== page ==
Tuesday, November 1, 2011

Vol. I, Part One, VII: Enter Boris

Pictured left, Barry Jones (1893-1981), who played the elder Count Rostov in the 1956 movie.

By the way... I am not attempting to summarize the book as I go-- you can find a handy summary in a number of places, including at the back of the novel itself; here, I am simply offering my reactions as a reader and writer. In other words, I am not, as one blogger suggested (but it did make me laugh), "reading War & Peace so you don't have to."

So, I'm on page 35 and by this point I've made a larger investment than I would for most books-- having to keep track of a constant stream of new characters and their mult-layered and interwoven relationships doesn't make this novel a candidate for easy "beach reading." But I'm in. It feels like a whole world has opened... I even feel the bud of an ambition to start learning Russian.

The portrait Tolstoy offers of the happy go-lucky Count Rostov is a delight:

"Having seen off a guest, the count would return to the gentleman or lady who was still in the drawing room; moving up an armchair, and with the look of a man who loves life and knows how to live it, spreading his legs dashingly and putting his hands on his knees, he would sway significantly, offer his surmises about the weather, discuss health, sometimes in Russian, sometimes in very poor but self-confident French, and again, with the look of a man weary but firm in the fulfillment of his duty, would go see people off, smoothing the thin gray hair over his bald spot, and again invite them to dinner."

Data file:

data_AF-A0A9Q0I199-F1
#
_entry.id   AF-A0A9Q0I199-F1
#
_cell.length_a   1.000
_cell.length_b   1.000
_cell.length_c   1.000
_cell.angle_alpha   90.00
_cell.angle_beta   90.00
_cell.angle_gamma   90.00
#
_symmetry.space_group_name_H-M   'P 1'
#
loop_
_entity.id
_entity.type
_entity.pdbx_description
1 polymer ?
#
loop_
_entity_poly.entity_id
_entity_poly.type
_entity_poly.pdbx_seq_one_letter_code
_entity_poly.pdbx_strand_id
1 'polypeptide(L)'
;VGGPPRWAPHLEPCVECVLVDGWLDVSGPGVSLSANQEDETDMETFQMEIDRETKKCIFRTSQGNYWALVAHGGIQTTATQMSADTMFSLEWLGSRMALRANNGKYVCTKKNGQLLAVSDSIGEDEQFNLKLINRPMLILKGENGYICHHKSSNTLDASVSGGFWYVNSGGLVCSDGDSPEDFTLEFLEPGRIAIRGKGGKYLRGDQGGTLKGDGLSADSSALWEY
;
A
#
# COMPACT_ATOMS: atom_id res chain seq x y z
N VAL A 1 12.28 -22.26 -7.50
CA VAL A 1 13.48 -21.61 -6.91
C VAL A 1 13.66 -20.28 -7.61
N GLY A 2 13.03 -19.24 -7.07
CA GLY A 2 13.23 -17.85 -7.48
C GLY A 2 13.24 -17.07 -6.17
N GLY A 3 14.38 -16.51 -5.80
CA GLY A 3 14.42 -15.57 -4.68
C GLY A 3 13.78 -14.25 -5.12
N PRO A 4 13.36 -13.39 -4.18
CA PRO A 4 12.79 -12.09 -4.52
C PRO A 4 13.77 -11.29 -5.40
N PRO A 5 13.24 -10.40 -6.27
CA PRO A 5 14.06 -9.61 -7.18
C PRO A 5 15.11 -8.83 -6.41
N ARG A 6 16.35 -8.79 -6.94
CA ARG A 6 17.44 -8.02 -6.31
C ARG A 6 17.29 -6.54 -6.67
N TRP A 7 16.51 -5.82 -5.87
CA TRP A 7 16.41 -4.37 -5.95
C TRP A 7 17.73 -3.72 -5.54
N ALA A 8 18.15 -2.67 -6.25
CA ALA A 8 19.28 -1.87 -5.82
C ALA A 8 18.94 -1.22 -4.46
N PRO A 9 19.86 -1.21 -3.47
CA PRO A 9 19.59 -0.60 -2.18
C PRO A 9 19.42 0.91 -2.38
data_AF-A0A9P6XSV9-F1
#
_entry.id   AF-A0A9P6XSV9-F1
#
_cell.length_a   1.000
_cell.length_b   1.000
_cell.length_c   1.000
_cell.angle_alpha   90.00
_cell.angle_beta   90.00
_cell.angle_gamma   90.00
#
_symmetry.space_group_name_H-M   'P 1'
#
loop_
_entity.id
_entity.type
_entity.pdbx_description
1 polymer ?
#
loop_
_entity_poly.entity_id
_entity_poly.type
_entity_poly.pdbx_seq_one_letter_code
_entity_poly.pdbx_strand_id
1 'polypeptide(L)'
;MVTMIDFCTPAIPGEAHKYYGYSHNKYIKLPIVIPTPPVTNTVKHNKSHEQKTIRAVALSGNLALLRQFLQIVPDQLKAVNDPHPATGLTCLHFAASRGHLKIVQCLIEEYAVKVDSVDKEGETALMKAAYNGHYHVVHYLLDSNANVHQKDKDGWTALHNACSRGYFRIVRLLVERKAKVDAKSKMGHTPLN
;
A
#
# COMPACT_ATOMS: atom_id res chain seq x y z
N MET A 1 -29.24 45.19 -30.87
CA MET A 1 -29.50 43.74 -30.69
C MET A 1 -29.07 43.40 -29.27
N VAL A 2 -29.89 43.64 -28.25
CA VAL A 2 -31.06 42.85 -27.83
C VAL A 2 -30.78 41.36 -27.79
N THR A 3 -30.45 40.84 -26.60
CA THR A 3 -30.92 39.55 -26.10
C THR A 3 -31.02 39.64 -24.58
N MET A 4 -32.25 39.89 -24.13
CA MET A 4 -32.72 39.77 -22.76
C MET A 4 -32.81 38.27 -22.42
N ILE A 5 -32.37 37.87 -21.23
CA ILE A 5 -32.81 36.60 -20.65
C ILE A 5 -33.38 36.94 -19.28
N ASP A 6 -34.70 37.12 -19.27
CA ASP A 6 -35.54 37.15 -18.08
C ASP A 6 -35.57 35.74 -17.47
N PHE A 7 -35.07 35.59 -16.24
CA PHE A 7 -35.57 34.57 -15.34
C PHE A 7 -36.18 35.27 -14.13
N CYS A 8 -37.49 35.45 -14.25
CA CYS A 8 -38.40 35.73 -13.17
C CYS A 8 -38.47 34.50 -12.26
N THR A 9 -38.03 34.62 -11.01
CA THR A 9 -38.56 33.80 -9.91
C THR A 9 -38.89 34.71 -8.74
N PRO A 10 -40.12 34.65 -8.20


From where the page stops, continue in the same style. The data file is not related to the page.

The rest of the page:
That use of body language is marvelous. In my writing workshops I am forever pointing out that people do more than nod, smile, and shrug.

I gather young Boris, whose mother is looking out for him, will become an important character. The burning question, meanwhile: who will inherit Bezukhov's fortune, Pierre or Prince Vassily?

I am eagerly reading...

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